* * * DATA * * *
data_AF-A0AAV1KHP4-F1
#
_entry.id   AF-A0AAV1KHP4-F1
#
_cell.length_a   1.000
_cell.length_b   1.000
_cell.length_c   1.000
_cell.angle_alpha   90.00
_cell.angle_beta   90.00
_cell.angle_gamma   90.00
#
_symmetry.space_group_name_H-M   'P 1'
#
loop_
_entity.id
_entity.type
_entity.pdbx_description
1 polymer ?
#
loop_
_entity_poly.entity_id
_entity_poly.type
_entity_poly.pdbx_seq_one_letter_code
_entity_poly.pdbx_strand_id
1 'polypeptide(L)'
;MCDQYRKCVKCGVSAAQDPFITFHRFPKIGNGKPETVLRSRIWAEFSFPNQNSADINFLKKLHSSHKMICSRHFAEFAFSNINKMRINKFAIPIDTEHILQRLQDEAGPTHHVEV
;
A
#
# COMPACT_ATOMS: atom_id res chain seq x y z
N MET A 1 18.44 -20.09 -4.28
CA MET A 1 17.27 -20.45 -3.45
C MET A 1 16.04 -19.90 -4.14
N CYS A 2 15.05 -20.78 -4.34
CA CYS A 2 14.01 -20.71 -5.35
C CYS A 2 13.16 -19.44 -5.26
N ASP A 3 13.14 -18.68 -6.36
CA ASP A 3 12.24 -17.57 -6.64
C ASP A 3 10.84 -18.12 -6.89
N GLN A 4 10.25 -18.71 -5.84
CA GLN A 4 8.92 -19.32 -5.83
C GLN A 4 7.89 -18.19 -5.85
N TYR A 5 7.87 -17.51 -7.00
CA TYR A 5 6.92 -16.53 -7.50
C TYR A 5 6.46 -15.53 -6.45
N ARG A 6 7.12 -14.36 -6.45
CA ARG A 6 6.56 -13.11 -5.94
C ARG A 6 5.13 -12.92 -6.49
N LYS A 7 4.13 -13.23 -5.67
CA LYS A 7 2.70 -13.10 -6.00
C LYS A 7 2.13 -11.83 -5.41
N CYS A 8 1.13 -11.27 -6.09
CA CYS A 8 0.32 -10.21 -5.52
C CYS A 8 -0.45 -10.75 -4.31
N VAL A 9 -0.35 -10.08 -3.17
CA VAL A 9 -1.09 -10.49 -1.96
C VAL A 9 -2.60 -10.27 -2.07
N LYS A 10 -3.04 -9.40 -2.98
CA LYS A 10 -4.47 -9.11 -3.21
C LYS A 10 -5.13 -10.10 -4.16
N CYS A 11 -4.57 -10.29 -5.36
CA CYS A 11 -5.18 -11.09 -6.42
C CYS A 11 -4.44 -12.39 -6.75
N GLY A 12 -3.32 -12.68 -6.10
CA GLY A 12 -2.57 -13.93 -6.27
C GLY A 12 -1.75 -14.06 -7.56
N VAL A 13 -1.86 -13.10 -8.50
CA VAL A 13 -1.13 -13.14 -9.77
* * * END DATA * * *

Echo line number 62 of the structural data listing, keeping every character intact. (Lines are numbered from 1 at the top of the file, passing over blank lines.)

CA CYS A 11 -5.18 -11.09 -6.42